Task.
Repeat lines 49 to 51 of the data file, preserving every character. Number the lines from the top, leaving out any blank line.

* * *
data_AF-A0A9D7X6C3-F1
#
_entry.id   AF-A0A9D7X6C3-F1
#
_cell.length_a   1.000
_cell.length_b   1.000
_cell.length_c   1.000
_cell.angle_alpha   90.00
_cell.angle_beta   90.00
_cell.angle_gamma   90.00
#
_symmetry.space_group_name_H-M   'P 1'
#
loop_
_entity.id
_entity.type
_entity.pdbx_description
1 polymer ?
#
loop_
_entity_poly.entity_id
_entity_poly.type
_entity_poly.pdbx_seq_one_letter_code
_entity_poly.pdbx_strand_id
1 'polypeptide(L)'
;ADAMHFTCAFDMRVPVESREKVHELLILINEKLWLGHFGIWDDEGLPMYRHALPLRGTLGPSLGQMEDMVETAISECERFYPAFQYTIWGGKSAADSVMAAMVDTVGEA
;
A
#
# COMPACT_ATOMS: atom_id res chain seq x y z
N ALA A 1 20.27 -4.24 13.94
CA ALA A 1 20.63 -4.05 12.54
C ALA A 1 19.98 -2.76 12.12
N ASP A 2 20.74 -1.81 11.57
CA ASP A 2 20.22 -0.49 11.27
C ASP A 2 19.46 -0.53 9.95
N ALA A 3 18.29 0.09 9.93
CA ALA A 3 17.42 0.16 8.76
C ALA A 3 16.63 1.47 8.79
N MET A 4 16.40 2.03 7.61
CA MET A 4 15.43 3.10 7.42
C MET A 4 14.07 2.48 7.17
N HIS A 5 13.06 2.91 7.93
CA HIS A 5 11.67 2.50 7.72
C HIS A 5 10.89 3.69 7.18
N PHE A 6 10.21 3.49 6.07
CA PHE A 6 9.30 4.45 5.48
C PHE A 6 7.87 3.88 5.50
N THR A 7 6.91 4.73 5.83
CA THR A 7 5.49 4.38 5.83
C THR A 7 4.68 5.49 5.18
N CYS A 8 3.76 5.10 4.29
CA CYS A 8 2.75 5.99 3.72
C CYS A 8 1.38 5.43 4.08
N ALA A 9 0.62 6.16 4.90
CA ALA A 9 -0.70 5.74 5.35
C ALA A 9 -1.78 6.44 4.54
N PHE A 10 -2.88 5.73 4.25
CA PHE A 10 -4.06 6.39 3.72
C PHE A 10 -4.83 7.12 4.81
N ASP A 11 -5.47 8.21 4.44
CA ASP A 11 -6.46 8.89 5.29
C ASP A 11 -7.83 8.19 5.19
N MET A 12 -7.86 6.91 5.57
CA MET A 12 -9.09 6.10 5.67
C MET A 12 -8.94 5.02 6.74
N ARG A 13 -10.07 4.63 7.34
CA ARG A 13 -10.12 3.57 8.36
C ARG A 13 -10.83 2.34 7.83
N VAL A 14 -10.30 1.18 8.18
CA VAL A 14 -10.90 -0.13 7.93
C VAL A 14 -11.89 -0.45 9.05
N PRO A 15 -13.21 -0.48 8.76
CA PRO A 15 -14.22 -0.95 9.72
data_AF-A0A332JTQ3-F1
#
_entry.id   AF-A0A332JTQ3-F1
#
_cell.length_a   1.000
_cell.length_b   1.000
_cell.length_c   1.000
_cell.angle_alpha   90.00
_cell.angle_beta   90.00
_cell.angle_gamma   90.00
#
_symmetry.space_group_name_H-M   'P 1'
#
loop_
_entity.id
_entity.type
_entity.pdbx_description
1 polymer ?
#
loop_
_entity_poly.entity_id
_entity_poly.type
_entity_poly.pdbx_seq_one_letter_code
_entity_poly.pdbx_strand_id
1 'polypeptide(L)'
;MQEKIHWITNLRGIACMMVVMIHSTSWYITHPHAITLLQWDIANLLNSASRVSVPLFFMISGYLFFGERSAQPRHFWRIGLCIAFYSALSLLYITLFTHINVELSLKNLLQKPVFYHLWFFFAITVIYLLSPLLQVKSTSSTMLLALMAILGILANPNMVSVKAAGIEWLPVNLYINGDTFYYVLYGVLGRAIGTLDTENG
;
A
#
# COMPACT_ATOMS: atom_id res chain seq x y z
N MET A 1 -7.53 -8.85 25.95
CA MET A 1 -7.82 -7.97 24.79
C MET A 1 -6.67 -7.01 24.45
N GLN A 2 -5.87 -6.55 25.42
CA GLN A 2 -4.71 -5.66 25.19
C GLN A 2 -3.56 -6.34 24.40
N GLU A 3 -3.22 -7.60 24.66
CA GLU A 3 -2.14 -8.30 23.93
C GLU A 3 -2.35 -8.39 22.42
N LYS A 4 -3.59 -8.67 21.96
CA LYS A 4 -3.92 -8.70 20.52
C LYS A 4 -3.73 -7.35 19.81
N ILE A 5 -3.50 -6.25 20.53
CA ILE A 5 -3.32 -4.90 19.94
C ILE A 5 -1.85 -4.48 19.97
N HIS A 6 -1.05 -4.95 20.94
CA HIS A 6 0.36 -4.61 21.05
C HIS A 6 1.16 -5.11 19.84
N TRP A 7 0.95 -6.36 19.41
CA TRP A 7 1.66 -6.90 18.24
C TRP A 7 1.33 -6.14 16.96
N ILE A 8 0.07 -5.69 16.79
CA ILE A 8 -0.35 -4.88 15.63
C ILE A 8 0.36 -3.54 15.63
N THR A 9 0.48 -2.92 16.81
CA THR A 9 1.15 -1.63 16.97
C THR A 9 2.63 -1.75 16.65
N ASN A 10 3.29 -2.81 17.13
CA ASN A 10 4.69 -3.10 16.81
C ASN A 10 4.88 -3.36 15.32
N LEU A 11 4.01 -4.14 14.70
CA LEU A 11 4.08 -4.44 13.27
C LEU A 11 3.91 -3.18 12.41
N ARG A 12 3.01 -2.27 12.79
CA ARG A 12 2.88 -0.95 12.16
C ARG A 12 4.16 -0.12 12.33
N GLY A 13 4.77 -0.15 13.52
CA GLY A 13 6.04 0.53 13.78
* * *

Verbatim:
N THR A 7 6.91 4.73 5.83
CA THR A 7 5.49 4.38 5.83
C THR A 7 4.68 5.49 5.18